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CAMP FOSTER, Okinawa — It didn’t matter that the matches officially were scrimmages with coaches using “experimental line-ups.” Facing an unfamiliar foe made all the difference.

Volleyball coaches and players from Seoul American, Kadena and Kubasaki, said a weekend series at Kubasaki was a welcomed break from the monotony each team faces during the regular season.

“We have no real league here, so whenever we have the opportunity to play somebody besides Kadena, it’s good for us,” Kubasaki coach Terry Chumley said Monday.

“I’d trade my coaching paycheck for a few more teams on the island,” added Kadena coach Rachelle Smith.

Seoul American, with more than 600 students, usually dominates the schools with much smaller enrollment that make up the Korean-American Interscholastic Activities Conference. This season’s been no different: So far, the Falcons have run the table in seven league matches.

So coach Denny Hilgar wanted to expose his players to competition against larger schools in another environment. His players threw a series of fund-raisers, including bake sales and car washes, to pay for the trip.

“It was worth it,” said Seoul American senior spiker Sarah Bradford. “There was no opposition” to the idea.

Seoul American played a pair of four-set scrimmages with the two Okinawa schools, splitting its two matches with Kadena and twice taking three of four sets against Kubasaki.

It was an eye-opener, the Falcons players said, as well as a sneak preview of what they’ll face in the Far East Class AA Tournament Nov. 10-15 at Kadena Air Base.

“This gave us more competition and the new players who haven’t been at Far East got to see what the competition is like,” said three-year veteran setter Jio Bruce.

“It showed us that what we were doing wasn’t half of what we’re going to do at Far East,” Sheriah Taua added. “"We learned that we have to play our best in every game. It makes me a bit scared of what’s coming next month.”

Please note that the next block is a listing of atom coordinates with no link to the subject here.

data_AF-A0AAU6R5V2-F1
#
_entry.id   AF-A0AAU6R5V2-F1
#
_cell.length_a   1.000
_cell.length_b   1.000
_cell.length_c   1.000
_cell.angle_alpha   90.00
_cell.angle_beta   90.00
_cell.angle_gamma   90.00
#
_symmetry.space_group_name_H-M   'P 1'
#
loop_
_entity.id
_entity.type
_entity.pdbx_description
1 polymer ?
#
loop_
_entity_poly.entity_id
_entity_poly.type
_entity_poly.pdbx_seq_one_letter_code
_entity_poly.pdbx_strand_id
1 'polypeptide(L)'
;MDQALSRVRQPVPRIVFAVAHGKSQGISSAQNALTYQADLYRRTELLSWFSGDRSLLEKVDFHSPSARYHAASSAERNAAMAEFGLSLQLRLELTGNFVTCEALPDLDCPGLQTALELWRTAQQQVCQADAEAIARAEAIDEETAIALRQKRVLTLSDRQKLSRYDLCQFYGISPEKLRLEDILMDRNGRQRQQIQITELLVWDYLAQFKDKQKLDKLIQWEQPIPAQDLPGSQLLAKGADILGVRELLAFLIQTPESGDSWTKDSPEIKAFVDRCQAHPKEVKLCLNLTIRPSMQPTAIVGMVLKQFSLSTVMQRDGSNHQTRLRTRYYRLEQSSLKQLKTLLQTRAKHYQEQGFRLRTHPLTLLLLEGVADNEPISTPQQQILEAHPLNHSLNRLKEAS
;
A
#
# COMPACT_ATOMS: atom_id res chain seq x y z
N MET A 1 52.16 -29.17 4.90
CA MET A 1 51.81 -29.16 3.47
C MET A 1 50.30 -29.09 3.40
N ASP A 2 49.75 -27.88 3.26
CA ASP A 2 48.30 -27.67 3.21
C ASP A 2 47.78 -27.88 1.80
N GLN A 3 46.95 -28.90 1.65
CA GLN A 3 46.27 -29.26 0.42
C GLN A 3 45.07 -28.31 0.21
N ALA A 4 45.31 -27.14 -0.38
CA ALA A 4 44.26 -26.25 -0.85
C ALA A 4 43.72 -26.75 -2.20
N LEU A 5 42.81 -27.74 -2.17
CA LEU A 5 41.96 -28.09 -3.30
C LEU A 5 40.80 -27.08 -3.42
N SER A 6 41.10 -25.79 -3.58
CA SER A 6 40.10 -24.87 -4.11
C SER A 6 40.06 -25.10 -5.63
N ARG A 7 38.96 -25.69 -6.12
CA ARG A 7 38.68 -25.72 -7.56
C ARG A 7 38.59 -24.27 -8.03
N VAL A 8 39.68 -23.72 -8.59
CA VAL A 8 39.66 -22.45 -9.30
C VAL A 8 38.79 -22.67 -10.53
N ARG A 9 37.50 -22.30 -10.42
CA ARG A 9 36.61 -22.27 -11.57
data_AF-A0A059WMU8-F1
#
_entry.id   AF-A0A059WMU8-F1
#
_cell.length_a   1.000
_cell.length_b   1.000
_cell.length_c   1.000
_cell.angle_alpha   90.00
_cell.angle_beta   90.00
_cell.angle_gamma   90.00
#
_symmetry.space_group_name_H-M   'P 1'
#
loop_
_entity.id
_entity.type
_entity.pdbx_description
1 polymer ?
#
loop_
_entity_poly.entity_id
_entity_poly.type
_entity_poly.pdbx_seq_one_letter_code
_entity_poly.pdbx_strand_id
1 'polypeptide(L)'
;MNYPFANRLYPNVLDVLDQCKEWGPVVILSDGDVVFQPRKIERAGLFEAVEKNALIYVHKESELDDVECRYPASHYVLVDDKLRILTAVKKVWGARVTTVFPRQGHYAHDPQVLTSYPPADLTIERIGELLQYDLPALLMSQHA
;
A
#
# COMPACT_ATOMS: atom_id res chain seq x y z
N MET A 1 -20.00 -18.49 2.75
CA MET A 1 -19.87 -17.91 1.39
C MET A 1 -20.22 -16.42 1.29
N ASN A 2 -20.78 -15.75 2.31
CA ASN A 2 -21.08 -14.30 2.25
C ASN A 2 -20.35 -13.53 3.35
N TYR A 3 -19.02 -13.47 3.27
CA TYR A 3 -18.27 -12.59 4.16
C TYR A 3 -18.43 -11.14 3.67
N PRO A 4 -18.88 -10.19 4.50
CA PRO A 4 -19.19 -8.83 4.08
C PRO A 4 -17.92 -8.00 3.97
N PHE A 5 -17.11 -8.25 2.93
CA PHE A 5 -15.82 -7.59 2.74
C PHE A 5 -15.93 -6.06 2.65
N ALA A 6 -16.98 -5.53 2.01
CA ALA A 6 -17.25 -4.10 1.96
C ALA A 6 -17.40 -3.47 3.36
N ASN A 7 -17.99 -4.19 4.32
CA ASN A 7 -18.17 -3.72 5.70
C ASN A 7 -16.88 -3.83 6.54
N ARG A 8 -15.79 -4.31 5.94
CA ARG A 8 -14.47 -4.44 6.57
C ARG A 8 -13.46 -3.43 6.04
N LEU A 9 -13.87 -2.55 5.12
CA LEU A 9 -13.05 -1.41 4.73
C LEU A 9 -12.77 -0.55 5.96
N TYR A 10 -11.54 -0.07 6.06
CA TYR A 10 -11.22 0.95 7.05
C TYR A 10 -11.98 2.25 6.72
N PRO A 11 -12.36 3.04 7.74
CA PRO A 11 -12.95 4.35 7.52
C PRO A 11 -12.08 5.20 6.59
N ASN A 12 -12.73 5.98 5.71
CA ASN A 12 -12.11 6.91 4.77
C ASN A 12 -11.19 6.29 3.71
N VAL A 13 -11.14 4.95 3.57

“You tell them something is going to happen,” Hilgar said, “but they have to experience it for it to sink in.”

The added court time for the Dragons and Panthers — who play each other only three times and face no other American squads until Far East — was a plus, Chumley said.

“And you’re playing against a different style than Kadena offers,” he said. “Kadena covers the court very well. Seoul American focuses more on their offense.”

Smith said the difference in season schedules really stands out for her: Kadena also tries to play Japanese teams on the island to fill out its schedule, but Seoul American plays a full season against other Department of Defense Dependents Schools and international school teams.

“I was super jealous when they told me that they play a 15-game schedule, yet still had to come here for a weekend,” Smith said, half-jokingly. “It was nice to see somebody other than Kubasaki.”

“It was fun, it was great,” Chumley said. “The girls enjoy Seoul American’s company. We always enjoy working with that group.”

Around the Pacific

¶ Senior top seed Priscilla Umemoto quietly is cobbling together a stellar season for the Osan American tennis team. She ran the table over the weekend, beating Seoul Foreign’s Sarah Kwon for the second time this season and Seoul American’s Alicia Davis to improve to 5-2.

¶ Edgren sophomore Daniel Sanchez continues to star on Japan’s cross-country course, winning for the fourth time in as many races to become the favorite to capture the season-ending Kanto Plain Association of Secondary Schools meet Oct. 25.

¶ Niki Kauzlarich of Kadena beat teammate and defending Far East individual champion Kim Lyle at last Wednesday’s Okinawa Activities Council meet at White Beach Naval Station — Lyle’s first loss in 12 meets dating to last season.

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